Since the Bishops of England and Wales have moved the feast of the Ascension to this Sunday, we shall have the Gospel reading for the Ascension.
Bede reminds us that the preaching of repentance and the forgiveness of sins through the confession of Christ’s name appropriately started from Jerusalem, where his teaching and his passion had taken place. That church would extend to the end of the earth, fulfilling Isaiah 2:3-4.
St Cyril of Alexandria comments that in promising the descent of the Holy Spirit Jesus refers to the prophecy made of old in Joel 2:28. He promises them that they will receive the Spirit to whom he had referred before. The Father had promised the Spirit would come when Jesus left the disciples, and in HIs power they would forgive the sins of those who repented and acknowledged Christ is Lord. They were, Bede tells us, so inflamed with the assurance that strength would be given that they went even to the ends of the world.
Bede sees Bethany, which is on the slope of the Mount of Olives, as representing a church obedient to the commands of the Lord, and therefore an appropriate place for the Ascension. Jesus came in the flesh to take away our sins and to remove from us the curse which fell upon us and to give to all believers an inheritance of everlasting life. He concludes all he did in the world with words of blessing, thus fulfilling the world of the Psalmist (Ps 83:8 in the Vulgate) that ;he who gave the Law will give a blessing’. Those who are obedient receive his blessing.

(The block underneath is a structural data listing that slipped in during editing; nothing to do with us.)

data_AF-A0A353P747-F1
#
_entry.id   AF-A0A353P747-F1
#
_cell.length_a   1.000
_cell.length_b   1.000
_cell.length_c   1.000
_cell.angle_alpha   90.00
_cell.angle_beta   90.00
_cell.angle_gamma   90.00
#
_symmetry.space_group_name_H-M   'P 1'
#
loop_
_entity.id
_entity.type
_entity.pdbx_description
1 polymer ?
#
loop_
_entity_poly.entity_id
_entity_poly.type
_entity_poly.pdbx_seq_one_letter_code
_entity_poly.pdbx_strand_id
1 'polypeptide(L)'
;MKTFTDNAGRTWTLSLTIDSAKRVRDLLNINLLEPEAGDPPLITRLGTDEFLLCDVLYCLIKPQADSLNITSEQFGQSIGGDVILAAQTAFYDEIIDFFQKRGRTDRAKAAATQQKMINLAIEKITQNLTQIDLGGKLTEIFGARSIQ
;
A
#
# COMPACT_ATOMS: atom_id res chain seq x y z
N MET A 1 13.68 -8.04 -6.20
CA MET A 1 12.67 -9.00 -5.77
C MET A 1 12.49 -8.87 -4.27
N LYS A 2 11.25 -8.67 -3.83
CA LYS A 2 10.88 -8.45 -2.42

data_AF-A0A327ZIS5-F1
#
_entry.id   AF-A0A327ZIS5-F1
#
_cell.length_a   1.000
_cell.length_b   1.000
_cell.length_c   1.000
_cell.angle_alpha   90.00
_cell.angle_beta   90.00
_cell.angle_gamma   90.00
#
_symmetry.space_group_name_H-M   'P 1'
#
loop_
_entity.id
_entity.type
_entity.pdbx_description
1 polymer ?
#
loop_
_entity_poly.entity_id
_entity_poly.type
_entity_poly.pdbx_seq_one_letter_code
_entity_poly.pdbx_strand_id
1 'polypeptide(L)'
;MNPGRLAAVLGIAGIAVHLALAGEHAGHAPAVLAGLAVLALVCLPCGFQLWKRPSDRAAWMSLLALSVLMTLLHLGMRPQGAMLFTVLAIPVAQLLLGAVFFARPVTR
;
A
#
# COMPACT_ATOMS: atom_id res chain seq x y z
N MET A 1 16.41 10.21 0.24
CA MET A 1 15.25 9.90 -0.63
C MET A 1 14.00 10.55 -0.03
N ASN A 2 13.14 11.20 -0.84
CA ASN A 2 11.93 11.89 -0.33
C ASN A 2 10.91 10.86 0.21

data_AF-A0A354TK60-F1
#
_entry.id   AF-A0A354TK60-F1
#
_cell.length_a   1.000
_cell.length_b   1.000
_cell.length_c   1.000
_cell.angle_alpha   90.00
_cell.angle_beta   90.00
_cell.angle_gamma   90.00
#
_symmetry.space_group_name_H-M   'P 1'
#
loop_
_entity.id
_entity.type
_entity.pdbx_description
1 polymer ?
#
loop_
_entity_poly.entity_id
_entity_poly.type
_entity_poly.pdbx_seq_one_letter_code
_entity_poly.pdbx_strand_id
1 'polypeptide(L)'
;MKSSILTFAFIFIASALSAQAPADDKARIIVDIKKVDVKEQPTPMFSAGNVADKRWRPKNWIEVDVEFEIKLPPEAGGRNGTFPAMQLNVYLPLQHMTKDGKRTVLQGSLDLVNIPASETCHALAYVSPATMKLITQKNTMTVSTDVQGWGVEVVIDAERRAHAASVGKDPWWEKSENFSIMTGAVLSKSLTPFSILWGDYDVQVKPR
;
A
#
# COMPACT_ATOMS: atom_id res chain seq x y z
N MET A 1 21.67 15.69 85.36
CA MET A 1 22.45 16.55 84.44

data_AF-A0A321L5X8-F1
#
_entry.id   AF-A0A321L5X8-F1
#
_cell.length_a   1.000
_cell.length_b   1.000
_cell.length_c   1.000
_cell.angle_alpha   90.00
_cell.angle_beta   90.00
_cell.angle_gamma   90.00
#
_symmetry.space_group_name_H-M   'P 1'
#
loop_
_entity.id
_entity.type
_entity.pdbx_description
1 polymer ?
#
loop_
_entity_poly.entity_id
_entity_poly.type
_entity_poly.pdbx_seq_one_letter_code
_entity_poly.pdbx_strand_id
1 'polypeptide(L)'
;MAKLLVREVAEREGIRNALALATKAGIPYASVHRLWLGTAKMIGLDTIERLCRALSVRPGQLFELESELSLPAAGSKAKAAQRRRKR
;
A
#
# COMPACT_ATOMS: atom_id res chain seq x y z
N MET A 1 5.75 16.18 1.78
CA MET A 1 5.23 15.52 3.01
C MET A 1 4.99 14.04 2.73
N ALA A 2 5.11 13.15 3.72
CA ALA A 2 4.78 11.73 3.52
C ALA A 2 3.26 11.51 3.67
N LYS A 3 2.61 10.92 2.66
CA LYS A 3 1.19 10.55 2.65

The Incarnate Word made for us a new pathway when he united himself with our flesh and redeemed it. He will, in due time, St Cyril commented, come again in the glory of the Father and with the angels and will take us to be with him.
St Augustine reminds us that it was the Lord Jesus who was taken up into Heaven and that we cannot separate the human from the divine – Jesus was taken up body and soul into Heaven. St Leo the Great tells us that throughout the 40 days he had taught them and they knew that he really was Jesus risen from the dead, and that he strengthened them for the trials that would lie ahead, so although they were sad when he left them, they were also filled with joy, for the Ascension of Christ is our elevation.
We should, Bede reminds us, do as they did when they were continually, thereafter, in the Temple praising him and blessing God.
He ascended on the fortieth day, and soon his disciples would be filled with the Holy Spirit who came upon them and and enabled them to speak to all nations. The Lord commands unity as he ascends, and the Spirit confirms it when He descends.